Introducing Xavier, the NVIDIA AI Supercomputer for the Future of Autonomous Transportation

At the inaugural GPU Technology Conference Europe, NVIDIA CEO Jen-Hsun Huang today unveiled Xavier, our all-new AI supercomputer, designed for use in self-driving cars.

“This is the greatest SoC endeavor I have ever known, and we have been building chips for a very long time,” Huang said to the conference’s 1,600 attendees.

Xavier is a complete system-on-chip (SoC), integrating a new GPU architecture called Volta, a custom 8 core CPU architecture, and a new computer vision accelerator. The processor will deliver 20 TOPS (trillion operations per second) of performance, while consuming only 20 watts of power. As the brain of a self-driving car, Xavier is designed to be compliant with critical automotive standards, such as the ISO 26262 functional safety specification.

At the inaugural GPU Technology Conference Europe, NVIDIA CEO Jen-Hsun Huang today unveiled Xavier, our all-new AI supercomputer, designed for use in self-driving cars.
At the inaugural GPU Technology Conference Europe, NVIDIA CEO Jen-Hsun Huang today unveiled Xavier, our all-new AI supercomputer, designed for use in self-driving cars.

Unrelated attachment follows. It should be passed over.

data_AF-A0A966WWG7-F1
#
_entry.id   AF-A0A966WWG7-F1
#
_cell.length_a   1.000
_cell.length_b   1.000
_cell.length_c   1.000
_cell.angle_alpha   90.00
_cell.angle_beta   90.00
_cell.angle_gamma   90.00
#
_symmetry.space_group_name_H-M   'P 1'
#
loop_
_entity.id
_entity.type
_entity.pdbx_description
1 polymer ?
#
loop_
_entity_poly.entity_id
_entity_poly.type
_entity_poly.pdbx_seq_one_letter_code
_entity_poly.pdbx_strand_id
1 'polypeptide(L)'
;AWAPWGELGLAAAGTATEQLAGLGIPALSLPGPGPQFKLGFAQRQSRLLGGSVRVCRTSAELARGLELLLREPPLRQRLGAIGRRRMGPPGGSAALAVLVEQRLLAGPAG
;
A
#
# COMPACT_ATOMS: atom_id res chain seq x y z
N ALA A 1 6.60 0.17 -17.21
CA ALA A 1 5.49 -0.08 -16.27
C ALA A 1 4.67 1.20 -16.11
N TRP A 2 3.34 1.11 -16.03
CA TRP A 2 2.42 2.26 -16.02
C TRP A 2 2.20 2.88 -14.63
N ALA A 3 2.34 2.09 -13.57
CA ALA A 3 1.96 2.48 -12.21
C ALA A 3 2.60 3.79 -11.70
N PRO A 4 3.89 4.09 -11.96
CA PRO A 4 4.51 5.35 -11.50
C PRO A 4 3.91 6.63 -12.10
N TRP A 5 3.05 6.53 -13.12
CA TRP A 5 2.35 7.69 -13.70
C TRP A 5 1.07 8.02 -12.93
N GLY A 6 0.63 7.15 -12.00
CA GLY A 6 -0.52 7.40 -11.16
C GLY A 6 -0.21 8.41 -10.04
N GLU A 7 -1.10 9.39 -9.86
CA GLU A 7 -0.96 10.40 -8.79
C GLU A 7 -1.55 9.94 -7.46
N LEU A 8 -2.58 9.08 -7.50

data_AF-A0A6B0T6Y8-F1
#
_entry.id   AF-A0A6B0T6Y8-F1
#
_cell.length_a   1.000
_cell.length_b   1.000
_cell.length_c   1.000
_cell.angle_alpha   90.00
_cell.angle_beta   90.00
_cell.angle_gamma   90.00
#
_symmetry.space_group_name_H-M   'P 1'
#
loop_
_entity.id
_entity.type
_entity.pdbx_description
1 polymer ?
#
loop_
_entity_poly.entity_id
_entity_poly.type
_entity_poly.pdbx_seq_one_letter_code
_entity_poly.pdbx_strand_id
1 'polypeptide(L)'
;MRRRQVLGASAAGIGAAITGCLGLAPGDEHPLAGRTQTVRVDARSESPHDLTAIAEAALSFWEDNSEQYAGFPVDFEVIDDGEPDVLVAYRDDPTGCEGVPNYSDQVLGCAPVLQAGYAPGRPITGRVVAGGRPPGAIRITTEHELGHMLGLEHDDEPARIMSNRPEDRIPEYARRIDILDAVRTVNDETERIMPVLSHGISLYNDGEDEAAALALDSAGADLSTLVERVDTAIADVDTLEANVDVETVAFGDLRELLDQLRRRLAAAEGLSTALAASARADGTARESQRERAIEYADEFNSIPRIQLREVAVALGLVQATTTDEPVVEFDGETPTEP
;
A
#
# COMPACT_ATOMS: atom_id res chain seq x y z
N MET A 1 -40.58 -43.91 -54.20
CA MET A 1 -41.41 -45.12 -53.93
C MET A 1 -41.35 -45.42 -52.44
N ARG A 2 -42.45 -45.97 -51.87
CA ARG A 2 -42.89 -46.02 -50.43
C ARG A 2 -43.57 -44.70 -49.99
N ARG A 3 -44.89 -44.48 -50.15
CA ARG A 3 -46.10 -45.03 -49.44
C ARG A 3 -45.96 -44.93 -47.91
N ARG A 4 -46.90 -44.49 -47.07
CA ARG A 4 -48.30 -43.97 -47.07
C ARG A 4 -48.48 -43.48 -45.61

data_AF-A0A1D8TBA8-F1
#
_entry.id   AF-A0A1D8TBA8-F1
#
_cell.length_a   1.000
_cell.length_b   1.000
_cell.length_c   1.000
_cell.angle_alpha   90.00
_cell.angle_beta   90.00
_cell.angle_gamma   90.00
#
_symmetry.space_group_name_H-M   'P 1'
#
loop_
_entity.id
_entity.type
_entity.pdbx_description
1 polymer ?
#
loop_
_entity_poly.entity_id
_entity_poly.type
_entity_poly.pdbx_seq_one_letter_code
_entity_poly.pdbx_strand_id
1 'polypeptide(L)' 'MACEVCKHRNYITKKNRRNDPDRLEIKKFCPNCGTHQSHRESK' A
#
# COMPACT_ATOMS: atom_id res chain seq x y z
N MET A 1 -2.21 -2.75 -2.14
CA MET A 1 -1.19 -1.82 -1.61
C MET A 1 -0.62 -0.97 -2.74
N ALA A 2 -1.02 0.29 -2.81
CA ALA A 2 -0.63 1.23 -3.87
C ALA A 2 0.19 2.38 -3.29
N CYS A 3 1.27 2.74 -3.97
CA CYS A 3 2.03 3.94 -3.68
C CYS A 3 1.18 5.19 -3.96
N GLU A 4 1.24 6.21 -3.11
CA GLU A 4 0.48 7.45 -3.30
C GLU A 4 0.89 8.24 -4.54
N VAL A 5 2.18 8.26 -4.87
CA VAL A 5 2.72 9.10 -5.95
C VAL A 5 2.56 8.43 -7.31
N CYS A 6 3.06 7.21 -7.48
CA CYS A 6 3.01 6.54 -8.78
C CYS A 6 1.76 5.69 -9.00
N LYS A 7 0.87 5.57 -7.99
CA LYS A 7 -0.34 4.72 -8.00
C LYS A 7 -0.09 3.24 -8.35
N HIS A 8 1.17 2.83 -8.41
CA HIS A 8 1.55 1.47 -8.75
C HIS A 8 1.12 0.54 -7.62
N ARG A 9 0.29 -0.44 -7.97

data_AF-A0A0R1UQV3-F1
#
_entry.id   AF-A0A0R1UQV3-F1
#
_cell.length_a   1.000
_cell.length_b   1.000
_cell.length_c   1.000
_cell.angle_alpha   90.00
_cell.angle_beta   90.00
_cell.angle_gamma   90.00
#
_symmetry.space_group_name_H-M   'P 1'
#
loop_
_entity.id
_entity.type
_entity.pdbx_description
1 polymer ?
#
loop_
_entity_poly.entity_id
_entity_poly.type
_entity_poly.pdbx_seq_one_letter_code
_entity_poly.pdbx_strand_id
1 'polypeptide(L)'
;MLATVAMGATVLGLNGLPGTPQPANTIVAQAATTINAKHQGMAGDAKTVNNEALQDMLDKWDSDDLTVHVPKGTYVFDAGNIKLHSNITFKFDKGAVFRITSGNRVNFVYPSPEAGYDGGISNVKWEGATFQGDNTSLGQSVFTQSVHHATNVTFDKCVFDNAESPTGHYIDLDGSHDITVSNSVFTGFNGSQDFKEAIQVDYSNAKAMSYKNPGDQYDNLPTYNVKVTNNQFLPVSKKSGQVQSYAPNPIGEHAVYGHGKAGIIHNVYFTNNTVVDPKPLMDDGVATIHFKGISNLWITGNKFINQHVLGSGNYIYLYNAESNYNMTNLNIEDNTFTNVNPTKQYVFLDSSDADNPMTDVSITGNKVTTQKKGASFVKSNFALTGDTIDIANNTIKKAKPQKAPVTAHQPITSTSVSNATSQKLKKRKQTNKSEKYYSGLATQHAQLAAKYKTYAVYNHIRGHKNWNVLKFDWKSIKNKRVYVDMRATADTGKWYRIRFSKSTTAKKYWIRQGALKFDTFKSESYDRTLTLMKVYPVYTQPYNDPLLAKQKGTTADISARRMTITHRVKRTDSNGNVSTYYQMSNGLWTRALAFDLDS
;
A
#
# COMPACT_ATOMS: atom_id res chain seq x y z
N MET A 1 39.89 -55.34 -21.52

Packed with 7 billion transistors, and manufactured using cutting-edge 16nm FinFET process technology, a single Xavier AI processor will be able to replace today’s DRIVE PX 2 configured with dual mobile SoCs and dual discrete GPUs — at a fraction of the power consumption.

Because autonomous driving is an incredibly compute-intense process, the need for an efficient AI processor is paramount. Xavier will bring self-driving car technology to automakers, tier 1 suppliers, startups and R&D organizations that are building autonomous vehicles, whether cars, trucks, shuttles or taxis.

Xavier samples will be available the fourth quarter of 2017 to automakers, tier 1 suppliers, startups and research institutions who are developing self-driving cars.

 

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  • Mexor

    What is a computer vision accelerator?

  • Sykobee

    Probably a dedicated DSP (e.g., Tensilica) that does some stuff before the visual data hits the GPU, improving efficiency.

  • Mexor

    Thanks. I should have been more specific. “What is the computer vision accelerator?” As in, specifically, what does NVIDIA mean by it? The reason I ask is because it seems to take up a large number of transistors on this SOC, unless I’m missing something. Does it run CUDA code? Will it need to be programmed for differently?

  • https://google.com/+RenaudLepage Renaud Lepage

    The only thing I want to know is, when can I get my hands on a tablet or AndroidTV that’s powered by Xavier.

  • Mehmed

    So Between October and December 2017 we will see this little guy.
    Great.